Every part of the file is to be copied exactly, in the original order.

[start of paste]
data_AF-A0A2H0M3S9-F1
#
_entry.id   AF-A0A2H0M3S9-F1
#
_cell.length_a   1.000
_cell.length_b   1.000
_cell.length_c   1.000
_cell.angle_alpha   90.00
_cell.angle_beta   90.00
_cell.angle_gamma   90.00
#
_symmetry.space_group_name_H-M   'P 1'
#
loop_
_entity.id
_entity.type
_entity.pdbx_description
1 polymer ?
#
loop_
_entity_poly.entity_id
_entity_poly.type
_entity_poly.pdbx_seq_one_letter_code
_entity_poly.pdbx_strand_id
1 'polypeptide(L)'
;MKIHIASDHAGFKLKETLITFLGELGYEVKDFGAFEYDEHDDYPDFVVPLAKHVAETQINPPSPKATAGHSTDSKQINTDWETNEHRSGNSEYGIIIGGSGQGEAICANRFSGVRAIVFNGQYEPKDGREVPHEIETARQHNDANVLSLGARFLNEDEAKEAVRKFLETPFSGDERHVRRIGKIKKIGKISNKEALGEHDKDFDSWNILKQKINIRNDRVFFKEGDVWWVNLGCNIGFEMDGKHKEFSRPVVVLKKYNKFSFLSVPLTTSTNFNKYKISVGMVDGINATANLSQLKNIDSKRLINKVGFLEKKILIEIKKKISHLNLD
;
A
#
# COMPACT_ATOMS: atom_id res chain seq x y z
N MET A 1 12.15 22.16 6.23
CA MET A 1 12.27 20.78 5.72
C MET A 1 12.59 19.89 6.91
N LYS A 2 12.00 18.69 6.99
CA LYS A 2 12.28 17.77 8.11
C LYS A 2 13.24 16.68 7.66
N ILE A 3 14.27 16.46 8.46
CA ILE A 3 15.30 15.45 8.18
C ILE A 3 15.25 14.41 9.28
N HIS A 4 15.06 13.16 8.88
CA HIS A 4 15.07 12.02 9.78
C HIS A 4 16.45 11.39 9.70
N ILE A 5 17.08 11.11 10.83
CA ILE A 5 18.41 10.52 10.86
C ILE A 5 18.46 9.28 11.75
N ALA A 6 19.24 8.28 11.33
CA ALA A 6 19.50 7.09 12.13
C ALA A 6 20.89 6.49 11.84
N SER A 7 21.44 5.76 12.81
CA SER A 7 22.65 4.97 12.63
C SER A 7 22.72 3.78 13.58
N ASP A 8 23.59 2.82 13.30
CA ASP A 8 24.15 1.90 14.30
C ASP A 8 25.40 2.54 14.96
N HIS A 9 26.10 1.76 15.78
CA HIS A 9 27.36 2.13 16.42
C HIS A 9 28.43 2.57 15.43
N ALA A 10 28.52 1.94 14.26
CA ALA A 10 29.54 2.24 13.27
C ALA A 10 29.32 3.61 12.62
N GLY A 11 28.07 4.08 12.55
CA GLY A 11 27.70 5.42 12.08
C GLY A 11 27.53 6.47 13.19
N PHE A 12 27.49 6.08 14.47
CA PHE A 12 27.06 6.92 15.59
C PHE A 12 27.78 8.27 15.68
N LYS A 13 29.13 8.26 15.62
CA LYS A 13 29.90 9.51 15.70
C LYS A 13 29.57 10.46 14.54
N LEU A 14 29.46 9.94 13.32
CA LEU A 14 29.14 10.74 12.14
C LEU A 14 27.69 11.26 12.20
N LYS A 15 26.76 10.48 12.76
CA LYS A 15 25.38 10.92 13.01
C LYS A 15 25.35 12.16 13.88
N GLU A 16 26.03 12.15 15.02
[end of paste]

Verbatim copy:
data_AF-A0A2H0M3S9-F1
#
_entry.id   AF-A0A2H0M3S9-F1
#
_cell.length_a   1.000
_cell.length_b   1.000
_cell.length_c   1.000
_cell.angle_alpha   90.00
_cell.angle_beta   90.00
_cell.angle_gamma   90.00
#
_symmetry.space_group_name_H-M   'P 1'
#
loop_
_entity.id
_entity.type
_entity.pdbx_description
1 polymer ?
#
loop_
_entity_poly.entity_id
_entity_poly.type
_entity_poly.pdbx_seq_one_letter_code
_entity_poly.pdbx_strand_id
1 'polypeptide(L)'
;MKIHIASDHAGFKLKETLITFLGELGYEVKDFGAFEYDEHDDYPDFVVPLAKHVAETQINPPSPKATAGHSTDSKQINTDWETNEHRSGNSEYGIIIGGSGQGEAICANRFSGVRAIVFNGQYEPKDGREVPHEIETARQHNDANVLSLGARFLNEDEAKEAVRKFLETPFSGDERHVRRIGKIKKIGKISNKEALGEHDKDFDSWNILKQKINIRNDRVFFKEGDVWWVNLGCNIGFEMDGKHKEFSRPVVVLKKYNKFSFLSVPLTTSTNFNKYKISVGMVDGINATANLSQLKNIDSKRLINKVGFLEKKILIEIKKKISHLNLD
;
A
#
# COMPACT_ATOMS: atom_id res chain seq x y z
N MET A 1 12.15 22.16 6.23
CA MET A 1 12.27 20.78 5.72
C MET A 1 12.59 19.89 6.91
N LYS A 2 12.00 18.69 6.99
CA LYS A 2 12.28 17.77 8.11
C LYS A 2 13.24 16.68 7.66
N ILE A 3 14.27 16.46 8.46
CA ILE A 3 15.30 15.45 8.18
C ILE A 3 15.25 14.41 9.28
N HIS A 4 15.06 13.16 8.88
CA HIS A 4 15.07 12.02 9.78
C HIS A 4 16.45 11.39 9.70
N ILE A 5 17.08 11.11 10.83
CA ILE A 5 18.41 10.52 10.86
C ILE A 5 18.46 9.28 11.75
N ALA A 6 19.24 8.28 11.33
CA ALA A 6 19.50 7.09 12.13
C ALA A 6 20.89 6.49 11.84
N SER A 7 21.44 5.76 12.81
CA SER A 7 22.65 4.97 12.63
C SER A 7 22.72 3.78 13.58
N ASP A 8 23.59 2.82 13.30
CA ASP A 8 24.15 1.90 14.30
C ASP A 8 25.40 2.54 14.96
N HIS A 9 26.10 1.76 15.78
CA HIS A 9 27.36 2.13 16.42
C HIS A 9 28.43 2.57 15.43
N ALA A 10 28.52 1.94 14.26
CA ALA A 10 29.54 2.24 13.27
C ALA A 10 29.32 3.61 12.62
N GLY A 11 28.07 4.08 12.55
CA GLY A 11 27.70 5.42 12.08
C GLY A 11 27.53 6.47 13.19
N PHE A 12 27.49 6.08 14.47
CA PHE A 12 27.06 6.92 15.59
C PHE A 12 27.78 8.27 15.68
N LYS A 13 29.13 8.26 15.62
CA LYS A 13 29.90 9.51 15.70
C LYS A 13 29.57 10.46 14.54
N LEU A 14 29.46 9.94 13.32
CA LEU A 14 29.14 10.74 12.14
C LEU A 14 27.69 11.26 12.20
N LYS A 15 26.76 10.48 12.76
CA LYS A 15 25.38 10.92 13.01
C LYS A 15 25.35 12.16 13.88
N GLU A 16 26.03 12.15 15.02